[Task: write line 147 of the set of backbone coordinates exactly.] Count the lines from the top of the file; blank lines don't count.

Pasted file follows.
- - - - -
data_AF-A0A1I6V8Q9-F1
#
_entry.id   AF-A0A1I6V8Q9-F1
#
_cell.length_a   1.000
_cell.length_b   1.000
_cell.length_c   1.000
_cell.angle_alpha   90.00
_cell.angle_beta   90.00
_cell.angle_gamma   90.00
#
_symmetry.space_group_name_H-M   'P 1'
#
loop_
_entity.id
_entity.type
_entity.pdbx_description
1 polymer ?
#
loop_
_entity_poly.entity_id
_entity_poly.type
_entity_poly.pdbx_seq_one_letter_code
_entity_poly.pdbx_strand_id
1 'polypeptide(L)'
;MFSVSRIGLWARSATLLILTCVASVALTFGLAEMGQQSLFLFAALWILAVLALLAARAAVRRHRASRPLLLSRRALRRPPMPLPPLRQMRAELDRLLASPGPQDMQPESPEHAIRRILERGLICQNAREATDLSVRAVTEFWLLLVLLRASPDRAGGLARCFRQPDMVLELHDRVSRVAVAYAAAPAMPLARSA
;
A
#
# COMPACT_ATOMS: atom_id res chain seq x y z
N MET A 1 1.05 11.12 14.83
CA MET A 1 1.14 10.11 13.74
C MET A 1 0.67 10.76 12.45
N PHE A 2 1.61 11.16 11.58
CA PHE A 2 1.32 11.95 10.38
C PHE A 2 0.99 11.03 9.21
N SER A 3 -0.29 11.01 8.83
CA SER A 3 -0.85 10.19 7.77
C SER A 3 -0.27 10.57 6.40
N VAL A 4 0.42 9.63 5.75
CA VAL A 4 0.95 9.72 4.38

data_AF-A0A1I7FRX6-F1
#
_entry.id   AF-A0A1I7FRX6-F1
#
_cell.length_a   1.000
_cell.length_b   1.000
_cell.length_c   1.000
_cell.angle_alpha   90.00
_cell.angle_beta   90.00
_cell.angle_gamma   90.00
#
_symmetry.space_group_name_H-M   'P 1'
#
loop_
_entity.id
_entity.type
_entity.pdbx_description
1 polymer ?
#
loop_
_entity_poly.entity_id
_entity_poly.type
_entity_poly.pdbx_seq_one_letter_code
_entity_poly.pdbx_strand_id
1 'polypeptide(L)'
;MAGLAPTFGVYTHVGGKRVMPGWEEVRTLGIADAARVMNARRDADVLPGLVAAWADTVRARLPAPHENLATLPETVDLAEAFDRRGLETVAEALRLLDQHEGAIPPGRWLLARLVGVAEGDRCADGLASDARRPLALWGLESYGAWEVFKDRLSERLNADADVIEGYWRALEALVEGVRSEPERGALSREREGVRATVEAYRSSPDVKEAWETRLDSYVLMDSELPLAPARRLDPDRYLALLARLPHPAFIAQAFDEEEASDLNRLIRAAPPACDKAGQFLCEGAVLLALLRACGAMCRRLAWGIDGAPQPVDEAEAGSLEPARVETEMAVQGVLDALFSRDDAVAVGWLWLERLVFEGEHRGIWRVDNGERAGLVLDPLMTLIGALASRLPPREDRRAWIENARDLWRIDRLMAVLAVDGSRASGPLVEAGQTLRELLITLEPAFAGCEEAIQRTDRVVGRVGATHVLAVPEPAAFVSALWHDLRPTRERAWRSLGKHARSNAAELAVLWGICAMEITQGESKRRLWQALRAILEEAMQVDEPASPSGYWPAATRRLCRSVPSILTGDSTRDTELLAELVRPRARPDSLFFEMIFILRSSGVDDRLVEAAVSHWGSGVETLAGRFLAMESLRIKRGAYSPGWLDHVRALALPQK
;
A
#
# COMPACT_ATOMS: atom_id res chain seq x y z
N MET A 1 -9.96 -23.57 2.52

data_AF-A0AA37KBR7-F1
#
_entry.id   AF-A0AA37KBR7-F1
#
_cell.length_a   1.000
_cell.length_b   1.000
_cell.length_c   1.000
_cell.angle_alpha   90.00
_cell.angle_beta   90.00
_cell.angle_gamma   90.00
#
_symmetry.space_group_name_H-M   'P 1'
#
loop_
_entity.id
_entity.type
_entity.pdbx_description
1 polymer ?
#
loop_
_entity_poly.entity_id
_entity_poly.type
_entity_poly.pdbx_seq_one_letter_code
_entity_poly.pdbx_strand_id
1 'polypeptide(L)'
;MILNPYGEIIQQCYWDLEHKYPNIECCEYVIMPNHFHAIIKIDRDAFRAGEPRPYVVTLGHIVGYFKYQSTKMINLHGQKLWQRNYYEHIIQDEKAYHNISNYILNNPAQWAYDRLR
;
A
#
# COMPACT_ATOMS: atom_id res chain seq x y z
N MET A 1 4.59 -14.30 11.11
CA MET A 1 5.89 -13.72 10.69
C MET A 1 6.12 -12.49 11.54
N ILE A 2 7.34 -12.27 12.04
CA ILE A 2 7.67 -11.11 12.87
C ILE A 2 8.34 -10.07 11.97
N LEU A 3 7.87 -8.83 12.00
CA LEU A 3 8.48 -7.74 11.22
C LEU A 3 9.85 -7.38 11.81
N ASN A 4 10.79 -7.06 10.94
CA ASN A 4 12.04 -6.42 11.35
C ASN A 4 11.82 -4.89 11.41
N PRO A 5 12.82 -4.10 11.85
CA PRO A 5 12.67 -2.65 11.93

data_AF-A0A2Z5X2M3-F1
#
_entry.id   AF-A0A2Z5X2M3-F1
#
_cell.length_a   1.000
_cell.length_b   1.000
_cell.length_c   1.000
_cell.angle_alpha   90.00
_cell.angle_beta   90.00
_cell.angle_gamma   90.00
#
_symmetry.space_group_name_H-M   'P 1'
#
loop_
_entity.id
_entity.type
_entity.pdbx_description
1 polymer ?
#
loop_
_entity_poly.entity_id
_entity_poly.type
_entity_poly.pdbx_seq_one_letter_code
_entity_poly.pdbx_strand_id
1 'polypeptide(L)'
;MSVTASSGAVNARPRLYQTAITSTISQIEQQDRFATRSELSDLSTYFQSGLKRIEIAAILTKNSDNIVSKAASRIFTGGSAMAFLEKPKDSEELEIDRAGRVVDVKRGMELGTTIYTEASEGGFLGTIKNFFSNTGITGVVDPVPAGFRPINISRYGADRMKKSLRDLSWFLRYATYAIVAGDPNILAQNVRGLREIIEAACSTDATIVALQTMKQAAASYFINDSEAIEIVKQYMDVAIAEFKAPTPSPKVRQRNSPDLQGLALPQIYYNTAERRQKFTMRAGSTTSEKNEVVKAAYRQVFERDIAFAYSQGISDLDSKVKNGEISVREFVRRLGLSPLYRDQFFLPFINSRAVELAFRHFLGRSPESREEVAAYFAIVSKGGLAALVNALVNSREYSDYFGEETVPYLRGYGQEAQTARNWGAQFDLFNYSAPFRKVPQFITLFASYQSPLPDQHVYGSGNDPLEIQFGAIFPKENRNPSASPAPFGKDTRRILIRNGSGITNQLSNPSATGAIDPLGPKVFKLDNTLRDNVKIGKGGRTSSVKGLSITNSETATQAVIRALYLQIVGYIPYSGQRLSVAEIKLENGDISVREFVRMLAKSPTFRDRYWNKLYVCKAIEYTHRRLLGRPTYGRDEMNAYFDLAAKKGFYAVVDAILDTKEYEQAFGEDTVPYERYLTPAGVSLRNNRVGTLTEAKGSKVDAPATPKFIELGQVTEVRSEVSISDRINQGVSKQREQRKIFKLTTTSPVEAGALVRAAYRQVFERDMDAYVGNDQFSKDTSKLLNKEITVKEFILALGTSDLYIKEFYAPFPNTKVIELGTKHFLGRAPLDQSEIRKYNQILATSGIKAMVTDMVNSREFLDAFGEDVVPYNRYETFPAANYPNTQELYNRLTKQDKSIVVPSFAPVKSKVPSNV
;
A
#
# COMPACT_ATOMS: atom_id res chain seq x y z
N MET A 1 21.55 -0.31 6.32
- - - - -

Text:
N MET A 1 21.55 -0.31 6.32